8. While reaffirming that the Government has the primary responsibility and is particularly accountable for the full implementation of the State party’s obligations under the Convention, the Committee stresses that the Convention is binding on all branches of Government, and it invites the State party to encourage its National Assembly, in line with its procedures, where appropriate, to take the necessary steps with regard to the implementation of these concluding observations and the Government’s next reporting process under the Convention.
Legal status of the Convention
9. The Committee reiterates its concern that the status of the Convention visàvis domestic legislation is unclear. While noting that a definition of the term “discrimination against women” has been included in the Prime Minister’s Decree No. 26/PM of 6 February 2006 on the Implementation of the Law on Development and Protection of Women, the Committee remains concerned that the Constitution or other appropriate legislation does not include a definition of discrimination that encompasses both direct and indirect discrimination and discrimination in public and private spheres, in accordance with article 1 of the Convention.
10. The Committee calls on the State party to consider including a definition of discrimination in its Constitution or other appropriate legislation that encompasses both direct and indirect discrimination and discrimination in the public and private spheres, in accordance with article 1 of the Convention. The Committee further calls on the State party to explicitly provide in its Constitution or other appropriate legislation that the provisions of international human rights agreements, in particular the Convention, are directly applicable and prevail over conflicting legislation.
Visibility of the Convention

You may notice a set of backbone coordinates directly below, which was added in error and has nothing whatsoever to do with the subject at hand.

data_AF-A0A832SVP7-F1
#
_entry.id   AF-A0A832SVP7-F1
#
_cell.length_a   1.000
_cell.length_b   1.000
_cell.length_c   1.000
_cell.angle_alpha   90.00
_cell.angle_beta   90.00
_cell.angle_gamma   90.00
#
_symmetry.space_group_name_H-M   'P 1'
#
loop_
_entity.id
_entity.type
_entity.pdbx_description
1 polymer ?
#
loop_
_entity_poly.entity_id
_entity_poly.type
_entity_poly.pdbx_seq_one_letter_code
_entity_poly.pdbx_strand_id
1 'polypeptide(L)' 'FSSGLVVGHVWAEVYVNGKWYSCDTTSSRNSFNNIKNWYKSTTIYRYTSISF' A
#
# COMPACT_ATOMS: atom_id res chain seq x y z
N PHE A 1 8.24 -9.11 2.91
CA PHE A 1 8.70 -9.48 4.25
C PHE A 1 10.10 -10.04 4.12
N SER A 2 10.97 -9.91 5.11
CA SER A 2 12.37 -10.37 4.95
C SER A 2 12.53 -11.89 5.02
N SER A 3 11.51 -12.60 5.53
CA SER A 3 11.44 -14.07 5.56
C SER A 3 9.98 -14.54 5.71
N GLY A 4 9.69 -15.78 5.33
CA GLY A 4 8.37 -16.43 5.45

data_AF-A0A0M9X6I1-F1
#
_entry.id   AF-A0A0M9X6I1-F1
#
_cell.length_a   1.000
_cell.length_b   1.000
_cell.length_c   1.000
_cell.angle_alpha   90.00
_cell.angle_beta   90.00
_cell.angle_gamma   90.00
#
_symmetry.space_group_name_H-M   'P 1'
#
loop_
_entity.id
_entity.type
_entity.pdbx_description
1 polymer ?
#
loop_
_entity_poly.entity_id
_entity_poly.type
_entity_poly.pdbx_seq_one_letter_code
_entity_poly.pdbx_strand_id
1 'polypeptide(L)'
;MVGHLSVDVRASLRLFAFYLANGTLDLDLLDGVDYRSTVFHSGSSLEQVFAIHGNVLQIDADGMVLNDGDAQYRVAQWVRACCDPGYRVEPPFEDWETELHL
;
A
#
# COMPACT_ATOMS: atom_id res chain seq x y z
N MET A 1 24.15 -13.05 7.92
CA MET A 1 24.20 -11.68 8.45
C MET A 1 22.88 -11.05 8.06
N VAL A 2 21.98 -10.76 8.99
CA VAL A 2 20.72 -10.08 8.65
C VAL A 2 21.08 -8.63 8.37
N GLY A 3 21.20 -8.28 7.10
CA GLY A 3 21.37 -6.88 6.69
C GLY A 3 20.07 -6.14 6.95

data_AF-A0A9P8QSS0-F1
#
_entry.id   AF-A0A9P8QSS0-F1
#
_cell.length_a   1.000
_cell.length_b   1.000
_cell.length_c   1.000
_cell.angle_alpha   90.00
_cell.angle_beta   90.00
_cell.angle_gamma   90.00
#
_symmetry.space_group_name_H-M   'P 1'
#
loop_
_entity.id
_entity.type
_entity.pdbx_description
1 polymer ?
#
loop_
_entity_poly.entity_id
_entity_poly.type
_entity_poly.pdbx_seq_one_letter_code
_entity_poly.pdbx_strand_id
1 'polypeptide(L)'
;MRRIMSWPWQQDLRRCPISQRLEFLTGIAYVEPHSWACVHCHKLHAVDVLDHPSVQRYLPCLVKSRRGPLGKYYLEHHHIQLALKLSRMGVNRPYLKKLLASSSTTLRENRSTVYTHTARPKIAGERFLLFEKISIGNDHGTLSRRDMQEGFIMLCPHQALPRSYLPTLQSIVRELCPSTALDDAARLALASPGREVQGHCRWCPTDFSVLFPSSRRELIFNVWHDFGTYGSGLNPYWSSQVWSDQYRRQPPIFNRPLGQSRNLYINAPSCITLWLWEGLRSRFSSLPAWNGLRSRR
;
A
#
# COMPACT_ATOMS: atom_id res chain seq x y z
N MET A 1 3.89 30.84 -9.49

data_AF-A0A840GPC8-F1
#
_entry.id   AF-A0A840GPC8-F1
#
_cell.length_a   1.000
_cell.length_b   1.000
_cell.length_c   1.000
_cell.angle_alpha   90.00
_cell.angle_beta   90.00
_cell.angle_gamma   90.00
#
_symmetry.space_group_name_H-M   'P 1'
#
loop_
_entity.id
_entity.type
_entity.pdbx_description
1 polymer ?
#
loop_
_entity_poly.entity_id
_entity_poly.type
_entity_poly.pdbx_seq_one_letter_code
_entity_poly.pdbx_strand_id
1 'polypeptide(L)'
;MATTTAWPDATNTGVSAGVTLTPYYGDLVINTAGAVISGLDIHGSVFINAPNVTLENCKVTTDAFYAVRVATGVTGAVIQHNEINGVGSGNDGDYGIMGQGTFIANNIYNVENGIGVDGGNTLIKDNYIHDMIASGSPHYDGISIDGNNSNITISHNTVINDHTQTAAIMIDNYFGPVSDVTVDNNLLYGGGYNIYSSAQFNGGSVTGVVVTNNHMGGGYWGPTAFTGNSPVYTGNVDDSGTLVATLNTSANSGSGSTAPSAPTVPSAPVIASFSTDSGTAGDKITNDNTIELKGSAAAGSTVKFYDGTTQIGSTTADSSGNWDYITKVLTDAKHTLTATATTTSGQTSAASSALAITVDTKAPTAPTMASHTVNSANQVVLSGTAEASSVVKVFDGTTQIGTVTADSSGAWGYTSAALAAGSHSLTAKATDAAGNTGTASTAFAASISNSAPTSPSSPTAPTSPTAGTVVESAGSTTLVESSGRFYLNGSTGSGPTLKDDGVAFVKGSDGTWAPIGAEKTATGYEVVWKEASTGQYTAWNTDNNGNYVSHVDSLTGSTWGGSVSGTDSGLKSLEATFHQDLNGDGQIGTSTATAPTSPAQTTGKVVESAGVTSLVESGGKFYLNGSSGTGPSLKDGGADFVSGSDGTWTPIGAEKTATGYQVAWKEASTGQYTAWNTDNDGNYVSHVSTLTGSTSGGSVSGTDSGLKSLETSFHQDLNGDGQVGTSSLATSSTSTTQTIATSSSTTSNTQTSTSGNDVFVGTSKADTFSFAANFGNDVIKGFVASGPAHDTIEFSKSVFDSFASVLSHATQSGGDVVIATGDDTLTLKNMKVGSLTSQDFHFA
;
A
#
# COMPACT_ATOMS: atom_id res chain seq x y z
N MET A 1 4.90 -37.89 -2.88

11. While taking note of the translation of the Convention into Lao, the organization of workshops and seminars on the implementation of the Convention in the Lao People’s Democratic Republic as well as the creative methods of dissemination of information through the mass media, the Committee is concerned that there is inadequate knowledge of the rights of women under the Convention, its concept of substantive gender equality and the Committee’s general recommendations, in society in general, including among all branches of the Government and the judiciary at all levels, as indicated by the absence of information on any court decisions that refer to the Convention. It is further concerned that women themselves, especially those in rural and remote areas, are not aware of their rights under the Convention and thus lack the capacity to claim them.
12. The Committee urges the State party to take all appropriate measures to ensure that the Convention is sufficiently known and applied by all branches of Government as a framework for all laws, court verdicts and policies on gender equality and the advancement of women. The Committee calls upon the State party to ensure that the Convention and related domestic legislation are made an integral part of education and training for all, including members of the legal profession, law enforcement officers and the judiciary. The Committee also recommends that the State party ensure that judges at all levels be adequately trained in human rights and the provisions of the Convention and that women have access to the courts on equal terms with men. It further urges the State party to ensure that information on the Convention is provided to women through the use of all appropriate measures, including the media and oral tradition, to ensure that such information reaches all areas of the country, including the rural and remote areas.
Legal complaints mechanisms, including a national human rights institution